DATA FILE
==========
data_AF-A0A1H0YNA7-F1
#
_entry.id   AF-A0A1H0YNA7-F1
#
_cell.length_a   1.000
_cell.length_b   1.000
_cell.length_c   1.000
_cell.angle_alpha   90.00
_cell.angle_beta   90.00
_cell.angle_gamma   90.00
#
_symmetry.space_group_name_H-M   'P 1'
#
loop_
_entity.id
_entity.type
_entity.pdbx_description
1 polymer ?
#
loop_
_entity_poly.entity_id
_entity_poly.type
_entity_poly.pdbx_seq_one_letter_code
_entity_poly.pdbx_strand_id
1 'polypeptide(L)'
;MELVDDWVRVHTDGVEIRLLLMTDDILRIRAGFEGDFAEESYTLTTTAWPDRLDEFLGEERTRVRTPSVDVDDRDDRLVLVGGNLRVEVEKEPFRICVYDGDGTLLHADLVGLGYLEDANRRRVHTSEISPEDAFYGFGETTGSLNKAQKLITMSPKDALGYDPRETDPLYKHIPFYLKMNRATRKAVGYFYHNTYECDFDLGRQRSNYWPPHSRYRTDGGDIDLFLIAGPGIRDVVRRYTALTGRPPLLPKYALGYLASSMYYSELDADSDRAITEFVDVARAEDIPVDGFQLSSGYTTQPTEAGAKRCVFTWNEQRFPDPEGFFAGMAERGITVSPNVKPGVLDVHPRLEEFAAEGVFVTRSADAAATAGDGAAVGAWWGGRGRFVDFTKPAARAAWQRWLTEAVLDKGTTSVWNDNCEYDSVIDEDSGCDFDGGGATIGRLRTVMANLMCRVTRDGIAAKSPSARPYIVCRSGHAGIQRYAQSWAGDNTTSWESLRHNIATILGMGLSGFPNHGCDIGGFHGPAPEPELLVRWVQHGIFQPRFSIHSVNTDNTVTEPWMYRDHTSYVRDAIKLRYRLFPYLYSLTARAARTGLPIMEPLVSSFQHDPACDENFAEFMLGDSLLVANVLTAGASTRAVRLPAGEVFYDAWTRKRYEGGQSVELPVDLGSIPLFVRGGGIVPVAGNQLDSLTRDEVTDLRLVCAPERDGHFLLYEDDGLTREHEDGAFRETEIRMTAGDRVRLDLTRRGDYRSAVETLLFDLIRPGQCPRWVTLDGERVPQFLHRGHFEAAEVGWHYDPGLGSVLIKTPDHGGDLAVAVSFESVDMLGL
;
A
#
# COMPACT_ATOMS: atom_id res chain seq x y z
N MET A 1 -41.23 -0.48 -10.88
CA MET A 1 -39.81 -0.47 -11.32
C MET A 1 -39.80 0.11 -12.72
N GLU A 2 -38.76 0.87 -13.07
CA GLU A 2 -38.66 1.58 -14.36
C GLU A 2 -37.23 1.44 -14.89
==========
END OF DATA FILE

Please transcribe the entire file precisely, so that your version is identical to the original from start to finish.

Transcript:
data_AF-A0A1H0YNA7-F1
#
_entry.id   AF-A0A1H0YNA7-F1
#
_cell.length_a   1.000
_cell.length_b   1.000
_cell.length_c   1.000
_cell.angle_alpha   90.00
_cell.angle_beta   90.00
_cell.angle_gamma   90.00
#
_symmetry.space_group_name_H-M   'P 1'
#
loop_
_entity.id
_entity.type
_entity.pdbx_description
1 polymer ?
#
loop_
_entity_poly.entity_id
_entity_poly.type
_entity_poly.pdbx_seq_one_letter_code
_entity_poly.pdbx_strand_id
1 'polypeptide(L)'
;MELVDDWVRVHTDGVEIRLLLMTDDILRIRAGFEGDFAEESYTLTTTAWPDRLDEFLGEERTRVRTPSVDVDDRDDRLVLVGGNLRVEVEKEPFRICVYDGDGTLLHADLVGLGYLEDANRRRVHTSEISPEDAFYGFGETTGSLNKAQKLITMSPKDALGYDPRETDPLYKHIPFYLKMNRATRKAVGYFYHNTYECDFDLGRQRSNYWPPHSRYRTDGGDIDLFLIAGPGIRDVVRRYTALTGRPPLLPKYALGYLASSMYYSELDADSDRAITEFVDVARAEDIPVDGFQLSSGYTTQPTEAGAKRCVFTWNEQRFPDPEGFFAGMAERGITVSPNVKPGVLDVHPRLEEFAAEGVFVTRSADAAATAGDGAAVGAWWGGRGRFVDFTKPAARAAWQRWLTEAVLDKGTTSVWNDNCEYDSVIDEDSGCDFDGGGATIGRLRTVMANLMCRVTRDGIAAKSPSARPYIVCRSGHAGIQRYAQSWAGDNTTSWESLRHNIATILGMGLSGFPNHGCDIGGFHGPAPEPELLVRWVQHGIFQPRFSIHSVNTDNTVTEPWMYRDHTSYVRDAIKLRYRLFPYLYSLTARAARTGLPIMEPLVSSFQHDPACDENFAEFMLGDSLLVANVLTAGASTRAVRLPAGEVFYDAWTRKRYEGGQSVELPVDLGSIPLFVRGGGIVPVAGNQLDSLTRDEVTDLRLVCAPERDGHFLLYEDDGLTREHEDGAFRETEIRMTAGDRVRLDLTRRGDYRSAVETLLFDLIRPGQCPRWVTLDGERVPQFLHRGHFEAAEVGWHYDPGLGSVLIKTPDHGGDLAVAVSFESVDMLGL
;
A
#
# COMPACT_ATOMS: atom_id res chain seq x y z
N MET A 1 -41.23 -0.48 -10.88
CA MET A 1 -39.81 -0.47 -11.32
C MET A 1 -39.80 0.11 -12.72
N GLU A 2 -38.76 0.87 -13.07
CA GLU A 2 -38.66 1.58 -14.36
C GLU A 2 -37.23 1.44 -14.89